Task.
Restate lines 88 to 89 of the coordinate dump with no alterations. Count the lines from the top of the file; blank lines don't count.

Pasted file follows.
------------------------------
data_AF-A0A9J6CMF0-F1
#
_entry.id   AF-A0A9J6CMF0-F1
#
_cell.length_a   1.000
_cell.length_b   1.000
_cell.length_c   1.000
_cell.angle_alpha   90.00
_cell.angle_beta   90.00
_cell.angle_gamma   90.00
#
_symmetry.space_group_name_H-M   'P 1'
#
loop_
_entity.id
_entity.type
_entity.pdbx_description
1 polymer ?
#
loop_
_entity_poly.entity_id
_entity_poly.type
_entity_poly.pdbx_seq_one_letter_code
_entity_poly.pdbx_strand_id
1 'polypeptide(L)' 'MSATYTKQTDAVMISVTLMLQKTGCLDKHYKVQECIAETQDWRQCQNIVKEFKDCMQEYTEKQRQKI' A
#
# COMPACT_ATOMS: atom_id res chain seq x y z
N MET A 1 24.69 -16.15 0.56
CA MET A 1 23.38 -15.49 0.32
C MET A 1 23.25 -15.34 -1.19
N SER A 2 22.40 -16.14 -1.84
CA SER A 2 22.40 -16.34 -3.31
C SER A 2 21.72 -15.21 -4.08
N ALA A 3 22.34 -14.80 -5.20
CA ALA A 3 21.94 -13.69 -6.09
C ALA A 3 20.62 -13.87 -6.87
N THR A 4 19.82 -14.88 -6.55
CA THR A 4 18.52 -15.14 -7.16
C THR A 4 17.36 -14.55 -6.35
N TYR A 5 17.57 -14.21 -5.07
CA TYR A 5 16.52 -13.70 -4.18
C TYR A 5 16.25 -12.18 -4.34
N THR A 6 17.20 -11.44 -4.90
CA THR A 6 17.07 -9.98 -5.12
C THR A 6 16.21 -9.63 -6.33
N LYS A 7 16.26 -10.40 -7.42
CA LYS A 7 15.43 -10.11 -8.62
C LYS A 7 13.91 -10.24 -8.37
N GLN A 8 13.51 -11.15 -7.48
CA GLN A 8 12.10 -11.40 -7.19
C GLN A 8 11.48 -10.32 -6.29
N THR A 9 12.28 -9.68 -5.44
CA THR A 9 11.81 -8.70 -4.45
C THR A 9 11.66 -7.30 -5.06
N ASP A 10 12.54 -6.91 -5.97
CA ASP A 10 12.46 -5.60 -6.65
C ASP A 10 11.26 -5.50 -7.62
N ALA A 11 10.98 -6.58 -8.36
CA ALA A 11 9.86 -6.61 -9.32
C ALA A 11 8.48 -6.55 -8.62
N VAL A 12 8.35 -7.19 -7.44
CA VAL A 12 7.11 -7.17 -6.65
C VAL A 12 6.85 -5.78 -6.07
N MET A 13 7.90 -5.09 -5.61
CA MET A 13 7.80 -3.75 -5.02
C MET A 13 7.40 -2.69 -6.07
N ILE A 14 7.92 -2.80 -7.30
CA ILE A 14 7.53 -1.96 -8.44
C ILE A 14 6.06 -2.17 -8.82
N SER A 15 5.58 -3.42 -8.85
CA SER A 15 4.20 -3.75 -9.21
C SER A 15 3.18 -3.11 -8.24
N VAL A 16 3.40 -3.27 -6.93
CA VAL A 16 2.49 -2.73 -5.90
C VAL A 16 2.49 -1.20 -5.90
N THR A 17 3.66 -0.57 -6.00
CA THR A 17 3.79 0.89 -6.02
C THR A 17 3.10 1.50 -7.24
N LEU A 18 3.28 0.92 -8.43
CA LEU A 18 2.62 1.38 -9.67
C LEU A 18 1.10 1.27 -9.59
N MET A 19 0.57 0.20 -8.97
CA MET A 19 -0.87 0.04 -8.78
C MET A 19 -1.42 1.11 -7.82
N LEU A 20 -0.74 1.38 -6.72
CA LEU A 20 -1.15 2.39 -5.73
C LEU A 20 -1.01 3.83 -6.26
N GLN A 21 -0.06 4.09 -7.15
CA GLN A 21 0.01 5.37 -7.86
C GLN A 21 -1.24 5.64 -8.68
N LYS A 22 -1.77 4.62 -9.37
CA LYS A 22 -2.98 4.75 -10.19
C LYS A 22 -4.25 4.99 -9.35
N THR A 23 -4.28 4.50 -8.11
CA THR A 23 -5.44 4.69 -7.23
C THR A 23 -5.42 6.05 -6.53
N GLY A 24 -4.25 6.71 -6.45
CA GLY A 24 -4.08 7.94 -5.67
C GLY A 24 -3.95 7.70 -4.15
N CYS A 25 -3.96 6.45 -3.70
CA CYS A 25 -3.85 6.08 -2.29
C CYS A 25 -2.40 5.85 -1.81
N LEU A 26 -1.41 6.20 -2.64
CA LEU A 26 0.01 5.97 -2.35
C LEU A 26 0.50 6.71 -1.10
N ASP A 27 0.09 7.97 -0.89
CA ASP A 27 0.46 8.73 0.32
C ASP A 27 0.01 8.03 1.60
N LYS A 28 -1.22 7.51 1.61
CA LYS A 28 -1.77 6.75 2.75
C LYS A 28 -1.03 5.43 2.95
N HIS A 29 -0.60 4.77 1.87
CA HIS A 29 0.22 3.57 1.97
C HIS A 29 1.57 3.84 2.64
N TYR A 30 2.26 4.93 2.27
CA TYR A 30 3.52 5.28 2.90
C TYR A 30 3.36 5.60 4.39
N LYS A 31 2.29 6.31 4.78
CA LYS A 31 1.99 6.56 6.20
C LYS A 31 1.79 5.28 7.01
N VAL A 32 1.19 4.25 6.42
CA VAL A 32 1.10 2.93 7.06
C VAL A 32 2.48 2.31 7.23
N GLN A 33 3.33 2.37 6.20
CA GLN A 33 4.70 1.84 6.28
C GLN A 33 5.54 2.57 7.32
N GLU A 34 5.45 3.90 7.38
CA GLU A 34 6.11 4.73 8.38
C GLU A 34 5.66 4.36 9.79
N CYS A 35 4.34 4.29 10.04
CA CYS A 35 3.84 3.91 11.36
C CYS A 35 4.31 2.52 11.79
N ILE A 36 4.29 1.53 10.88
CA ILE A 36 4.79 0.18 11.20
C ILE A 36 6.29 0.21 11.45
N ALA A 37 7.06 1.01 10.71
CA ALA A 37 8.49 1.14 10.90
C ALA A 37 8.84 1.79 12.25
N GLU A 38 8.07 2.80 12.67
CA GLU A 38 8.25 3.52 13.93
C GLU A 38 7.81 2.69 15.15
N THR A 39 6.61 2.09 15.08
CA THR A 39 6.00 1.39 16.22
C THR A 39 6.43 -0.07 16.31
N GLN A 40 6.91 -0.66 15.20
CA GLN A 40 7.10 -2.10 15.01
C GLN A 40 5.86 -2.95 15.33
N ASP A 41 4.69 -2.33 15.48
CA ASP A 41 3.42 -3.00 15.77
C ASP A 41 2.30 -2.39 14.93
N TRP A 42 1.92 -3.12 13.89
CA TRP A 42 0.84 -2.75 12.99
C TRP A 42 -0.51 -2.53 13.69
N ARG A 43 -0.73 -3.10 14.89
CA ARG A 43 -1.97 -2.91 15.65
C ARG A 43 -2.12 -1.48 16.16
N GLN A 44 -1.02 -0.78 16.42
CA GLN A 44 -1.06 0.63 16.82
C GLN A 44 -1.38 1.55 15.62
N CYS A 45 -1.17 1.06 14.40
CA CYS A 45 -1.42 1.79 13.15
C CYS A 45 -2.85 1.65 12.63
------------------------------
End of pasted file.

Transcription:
N GLN A 21 -0.06 4.09 -7.15
CA GLN A 21 0.01 5.37 -7.86